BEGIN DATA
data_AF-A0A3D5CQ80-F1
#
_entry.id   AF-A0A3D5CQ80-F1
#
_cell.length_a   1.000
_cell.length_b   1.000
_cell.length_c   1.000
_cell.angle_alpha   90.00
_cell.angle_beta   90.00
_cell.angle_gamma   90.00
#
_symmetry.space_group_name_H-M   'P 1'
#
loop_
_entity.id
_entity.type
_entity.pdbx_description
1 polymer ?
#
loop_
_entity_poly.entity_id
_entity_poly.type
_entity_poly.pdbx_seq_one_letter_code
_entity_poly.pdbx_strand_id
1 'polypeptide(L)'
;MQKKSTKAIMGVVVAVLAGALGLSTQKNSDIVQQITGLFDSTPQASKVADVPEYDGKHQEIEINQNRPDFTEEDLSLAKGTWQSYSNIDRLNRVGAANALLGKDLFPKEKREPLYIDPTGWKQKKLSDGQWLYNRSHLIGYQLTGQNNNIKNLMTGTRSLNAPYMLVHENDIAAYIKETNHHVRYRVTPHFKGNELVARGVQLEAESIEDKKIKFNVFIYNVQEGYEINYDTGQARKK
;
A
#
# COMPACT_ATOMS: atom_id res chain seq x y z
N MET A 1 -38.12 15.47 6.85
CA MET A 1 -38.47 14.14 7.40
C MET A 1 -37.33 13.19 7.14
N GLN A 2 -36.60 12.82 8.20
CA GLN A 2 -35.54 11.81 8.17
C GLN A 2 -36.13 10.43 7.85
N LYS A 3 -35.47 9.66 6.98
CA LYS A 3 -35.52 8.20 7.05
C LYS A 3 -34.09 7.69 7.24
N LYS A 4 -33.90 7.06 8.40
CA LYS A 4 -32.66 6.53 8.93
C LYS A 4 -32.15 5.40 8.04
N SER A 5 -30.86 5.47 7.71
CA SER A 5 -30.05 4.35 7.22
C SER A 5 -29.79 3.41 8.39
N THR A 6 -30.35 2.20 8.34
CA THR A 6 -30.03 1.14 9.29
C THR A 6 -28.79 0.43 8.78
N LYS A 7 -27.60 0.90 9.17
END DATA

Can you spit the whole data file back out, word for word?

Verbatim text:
data_AF-A0A3D5CQ80-F1
#
_entry.id   AF-A0A3D5CQ80-F1
#
_cell.length_a   1.000
_cell.length_b   1.000
_cell.length_c   1.000
_cell.angle_alpha   90.00
_cell.angle_beta   90.00
_cell.angle_gamma   90.00
#
_symmetry.space_group_name_H-M   'P 1'
#
loop_
_entity.id
_entity.type
_entity.pdbx_description
1 polymer ?
#
loop_
_entity_poly.entity_id
_entity_poly.type
_entity_poly.pdbx_seq_one_letter_code
_entity_poly.pdbx_strand_id
1 'polypeptide(L)'
;MQKKSTKAIMGVVVAVLAGALGLSTQKNSDIVQQITGLFDSTPQASKVADVPEYDGKHQEIEINQNRPDFTEEDLSLAKGTWQSYSNIDRLNRVGAANALLGKDLFPKEKREPLYIDPTGWKQKKLSDGQWLYNRSHLIGYQLTGQNNNIKNLMTGTRSLNAPYMLVHENDIAAYIKETNHHVRYRVTPHFKGNELVARGVQLEAESIEDKKIKFNVFIYNVQEGYEINYDTGQARKK
;
A
#
# COMPACT_ATOMS: atom_id res chain seq x y z
N MET A 1 -38.12 15.47 6.85
CA MET A 1 -38.47 14.14 7.40
C MET A 1 -37.33 13.19 7.14
N GLN A 2 -36.60 12.82 8.20
CA GLN A 2 -35.54 11.81 8.17
C GLN A 2 -36.13 10.43 7.85
N LYS A 3 -35.47 9.66 6.98
CA LYS A 3 -35.52 8.20 7.05
C LYS A 3 -34.09 7.69 7.24
N LYS A 4 -33.90 7.06 8.40
CA LYS A 4 -32.66 6.53 8.93
C LYS A 4 -32.15 5.40 8.04
N SER A 5 -30.86 5.47 7.71
CA SER A 5 -30.05 4.35 7.22
C SER A 5 -29.79 3.41 8.39
N THR A 6 -30.35 2.20 8.34
CA THR A 6 -30.03 1.14 9.29
C THR A 6 -28.79 0.43 8.78
N LYS A 7 -27.60 0.90 9.17